Jun 20, 2019 | Updated: 03:45 PM EDT

UNHQ Calls For Floating Cities Due To Climate Change

Apr 08, 2019 10:22 PM EDT

Floating Cities
(Photo : https://pixabay.com/photos/fantasy-island-floating-dream-3049543/)

As the sea levels are expected to rise by up to 26 inches by the end of the century, experts cannot help but worry. Climate change is a problem that came from people's inconsiderate practices and now are the ones suffering from its harsh effects. Experts say that by the middle of this century, many of the world's major cities will be flooded. If it gets worse, even whole countries and island nations will all be underwater.

Where will the people relocate? Will there be a place where it is a safe haven from flooding and severe weather conditions?

The United Nations have created a program to specifically address this problem. The Human Settlements Program, also known as the UN Habitat convened for a roundtable discussion of the possible building of floating cities as a solution to the problem on the rising levels of ocean waters. The meeting was held in their headquarters in the East River in New York City. It was only fitting that they thought of that since the room would be underwater in the next few years if the problem worsens.

The proposed city would be named Oceanix City. A team of engineers, designers, scientists, and artists are already discussing the concept of what it takes to have a floating city. The goal was to create a desirable and scalable platform for the potential of civilizations building habitats and growing their communities in floating cities.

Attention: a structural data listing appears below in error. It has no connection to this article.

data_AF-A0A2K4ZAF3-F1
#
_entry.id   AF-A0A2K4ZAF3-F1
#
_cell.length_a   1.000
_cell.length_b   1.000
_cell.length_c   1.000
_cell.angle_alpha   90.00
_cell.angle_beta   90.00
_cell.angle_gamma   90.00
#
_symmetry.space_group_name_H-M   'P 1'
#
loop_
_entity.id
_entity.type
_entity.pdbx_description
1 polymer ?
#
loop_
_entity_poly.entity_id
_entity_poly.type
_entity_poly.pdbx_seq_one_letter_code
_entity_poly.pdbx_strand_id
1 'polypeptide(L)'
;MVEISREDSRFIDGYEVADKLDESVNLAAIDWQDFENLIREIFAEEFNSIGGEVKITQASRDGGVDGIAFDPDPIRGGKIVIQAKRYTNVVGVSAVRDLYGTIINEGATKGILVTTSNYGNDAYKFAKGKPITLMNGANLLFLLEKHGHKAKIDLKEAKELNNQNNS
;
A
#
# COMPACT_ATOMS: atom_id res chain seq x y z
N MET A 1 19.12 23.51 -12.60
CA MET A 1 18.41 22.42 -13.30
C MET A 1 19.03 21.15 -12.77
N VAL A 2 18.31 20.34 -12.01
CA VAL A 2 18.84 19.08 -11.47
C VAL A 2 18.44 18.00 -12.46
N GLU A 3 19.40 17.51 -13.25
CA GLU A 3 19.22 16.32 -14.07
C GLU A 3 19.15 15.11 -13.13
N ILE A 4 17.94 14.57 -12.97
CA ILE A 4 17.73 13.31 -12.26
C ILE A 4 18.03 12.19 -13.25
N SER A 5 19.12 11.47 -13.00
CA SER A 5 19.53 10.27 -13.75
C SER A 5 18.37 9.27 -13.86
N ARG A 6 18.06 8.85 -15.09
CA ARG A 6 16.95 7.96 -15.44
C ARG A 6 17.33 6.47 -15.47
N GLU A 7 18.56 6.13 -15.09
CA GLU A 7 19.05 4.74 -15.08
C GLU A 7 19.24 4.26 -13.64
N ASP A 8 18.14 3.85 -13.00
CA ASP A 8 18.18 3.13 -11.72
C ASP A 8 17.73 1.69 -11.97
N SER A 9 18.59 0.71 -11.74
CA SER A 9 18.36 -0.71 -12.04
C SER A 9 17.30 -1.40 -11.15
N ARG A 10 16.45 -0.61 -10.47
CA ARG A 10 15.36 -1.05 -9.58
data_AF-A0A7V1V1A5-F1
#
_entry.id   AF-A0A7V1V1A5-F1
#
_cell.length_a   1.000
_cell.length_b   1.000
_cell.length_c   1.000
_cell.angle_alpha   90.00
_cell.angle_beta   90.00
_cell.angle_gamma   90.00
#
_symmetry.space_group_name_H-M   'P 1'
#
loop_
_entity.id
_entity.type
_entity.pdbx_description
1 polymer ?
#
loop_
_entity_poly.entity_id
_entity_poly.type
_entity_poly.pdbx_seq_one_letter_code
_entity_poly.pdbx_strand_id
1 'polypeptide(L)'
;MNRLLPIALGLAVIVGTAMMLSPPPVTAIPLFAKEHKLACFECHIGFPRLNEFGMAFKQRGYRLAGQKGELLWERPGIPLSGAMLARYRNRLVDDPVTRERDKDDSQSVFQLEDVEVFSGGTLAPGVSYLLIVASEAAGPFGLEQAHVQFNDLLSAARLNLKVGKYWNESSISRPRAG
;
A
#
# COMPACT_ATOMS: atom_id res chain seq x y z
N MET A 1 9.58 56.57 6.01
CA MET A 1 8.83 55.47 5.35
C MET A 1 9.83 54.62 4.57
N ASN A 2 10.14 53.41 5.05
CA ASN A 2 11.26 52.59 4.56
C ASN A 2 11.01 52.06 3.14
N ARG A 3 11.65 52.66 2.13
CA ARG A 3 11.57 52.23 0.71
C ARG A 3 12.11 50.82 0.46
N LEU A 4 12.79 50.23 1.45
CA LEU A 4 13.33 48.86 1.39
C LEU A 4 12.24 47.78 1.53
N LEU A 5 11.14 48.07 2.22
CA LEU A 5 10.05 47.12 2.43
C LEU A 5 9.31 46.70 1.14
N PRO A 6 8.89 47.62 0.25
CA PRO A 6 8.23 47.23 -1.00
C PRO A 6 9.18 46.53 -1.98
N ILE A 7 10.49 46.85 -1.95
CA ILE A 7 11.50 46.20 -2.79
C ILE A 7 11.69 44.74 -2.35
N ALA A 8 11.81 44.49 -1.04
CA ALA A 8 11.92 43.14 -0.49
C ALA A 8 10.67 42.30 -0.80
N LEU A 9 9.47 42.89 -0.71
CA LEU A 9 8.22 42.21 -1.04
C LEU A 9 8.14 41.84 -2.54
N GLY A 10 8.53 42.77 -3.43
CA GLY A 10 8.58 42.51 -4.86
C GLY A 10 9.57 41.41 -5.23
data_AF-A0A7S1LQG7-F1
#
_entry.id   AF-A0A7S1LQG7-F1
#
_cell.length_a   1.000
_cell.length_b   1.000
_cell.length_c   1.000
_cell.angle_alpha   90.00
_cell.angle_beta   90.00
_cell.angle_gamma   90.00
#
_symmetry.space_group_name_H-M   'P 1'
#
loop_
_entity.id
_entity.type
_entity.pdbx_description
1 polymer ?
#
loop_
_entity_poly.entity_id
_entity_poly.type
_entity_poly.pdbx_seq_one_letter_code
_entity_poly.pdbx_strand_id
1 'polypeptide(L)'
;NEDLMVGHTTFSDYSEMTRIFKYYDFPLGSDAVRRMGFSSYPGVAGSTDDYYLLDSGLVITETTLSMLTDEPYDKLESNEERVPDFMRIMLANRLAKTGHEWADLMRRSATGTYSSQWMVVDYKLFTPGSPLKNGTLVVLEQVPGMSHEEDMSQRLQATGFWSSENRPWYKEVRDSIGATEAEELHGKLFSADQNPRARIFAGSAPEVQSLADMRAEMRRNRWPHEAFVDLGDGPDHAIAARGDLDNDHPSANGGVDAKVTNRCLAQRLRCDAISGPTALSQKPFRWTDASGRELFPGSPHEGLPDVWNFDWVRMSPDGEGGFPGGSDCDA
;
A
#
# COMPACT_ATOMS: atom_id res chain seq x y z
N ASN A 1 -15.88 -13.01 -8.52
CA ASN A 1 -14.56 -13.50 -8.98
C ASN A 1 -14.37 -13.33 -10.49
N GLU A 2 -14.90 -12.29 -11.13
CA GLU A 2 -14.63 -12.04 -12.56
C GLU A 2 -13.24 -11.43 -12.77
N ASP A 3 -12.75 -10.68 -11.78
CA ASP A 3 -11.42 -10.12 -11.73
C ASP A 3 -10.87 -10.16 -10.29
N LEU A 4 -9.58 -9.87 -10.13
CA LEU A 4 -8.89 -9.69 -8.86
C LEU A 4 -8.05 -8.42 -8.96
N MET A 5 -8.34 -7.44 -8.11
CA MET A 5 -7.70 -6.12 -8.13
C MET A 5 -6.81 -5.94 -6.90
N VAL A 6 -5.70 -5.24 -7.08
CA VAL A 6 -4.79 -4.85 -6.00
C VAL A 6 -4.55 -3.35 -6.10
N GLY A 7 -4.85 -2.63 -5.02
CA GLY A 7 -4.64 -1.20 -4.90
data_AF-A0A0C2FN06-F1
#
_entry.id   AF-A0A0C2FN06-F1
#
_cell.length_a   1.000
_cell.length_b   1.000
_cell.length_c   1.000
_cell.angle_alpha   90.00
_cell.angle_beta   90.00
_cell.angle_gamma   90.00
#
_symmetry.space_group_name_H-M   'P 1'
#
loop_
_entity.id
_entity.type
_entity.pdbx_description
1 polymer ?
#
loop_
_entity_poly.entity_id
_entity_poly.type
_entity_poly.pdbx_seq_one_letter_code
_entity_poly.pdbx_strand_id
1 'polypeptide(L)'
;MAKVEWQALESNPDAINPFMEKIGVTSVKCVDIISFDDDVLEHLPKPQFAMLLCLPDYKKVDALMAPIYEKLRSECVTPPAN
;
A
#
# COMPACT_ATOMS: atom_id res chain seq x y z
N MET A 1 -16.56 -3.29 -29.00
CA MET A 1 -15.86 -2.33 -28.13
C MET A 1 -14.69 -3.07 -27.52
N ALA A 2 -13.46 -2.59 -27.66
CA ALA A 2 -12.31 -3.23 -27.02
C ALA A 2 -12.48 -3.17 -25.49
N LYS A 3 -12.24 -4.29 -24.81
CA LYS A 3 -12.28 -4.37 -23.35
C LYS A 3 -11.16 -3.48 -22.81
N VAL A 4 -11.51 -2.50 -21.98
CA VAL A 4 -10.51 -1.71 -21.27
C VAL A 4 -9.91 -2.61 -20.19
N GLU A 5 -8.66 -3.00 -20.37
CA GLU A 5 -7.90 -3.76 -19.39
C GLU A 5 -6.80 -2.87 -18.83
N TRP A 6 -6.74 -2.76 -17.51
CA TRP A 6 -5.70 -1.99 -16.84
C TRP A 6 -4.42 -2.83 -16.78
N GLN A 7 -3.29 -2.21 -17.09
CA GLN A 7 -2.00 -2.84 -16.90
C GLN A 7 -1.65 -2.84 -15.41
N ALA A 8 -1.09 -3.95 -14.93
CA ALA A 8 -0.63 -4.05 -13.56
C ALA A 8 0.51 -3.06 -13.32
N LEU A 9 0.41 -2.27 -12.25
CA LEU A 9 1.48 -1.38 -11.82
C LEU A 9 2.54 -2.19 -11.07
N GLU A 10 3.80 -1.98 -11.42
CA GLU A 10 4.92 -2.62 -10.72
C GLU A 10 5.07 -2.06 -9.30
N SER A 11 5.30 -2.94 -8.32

The former minister of tourism of French Polynesia was the one who coined the term Oceanix. He was also the brilliant mind behind the Blue Frontiers. The goal of the company was to make available floating houses and offices off the coast of the home country as an alternative method of housing. However, unlike the Blue Frontiers, the building of the Oceanix is driven more of its egalitarian spirit.

"The goal is not to build a luxury product made available only to the rich. That is not what's on the table," Collins said. "Instead, we want to focus on building these floating cities to meet the needs of people for shelter. We want to provide them a solution for housing even before the problem gets worse."

The renowned Danish architect, Bjarke Ingels, along with other representatives from various institutions, was the one who provided the design for the Oceanix City. Although the rise in water levels may not seem like a threat yet, scientists and project managers behind the project don't want to wait until the condition gets worse. They want to make sure that people have a good and safe place to live in. Both Collins and Ingels are confident that it possible for people to thrive in floating cities. Despite the challenge in the oceanic environment, they want to reassure the public that the best is yet to come.

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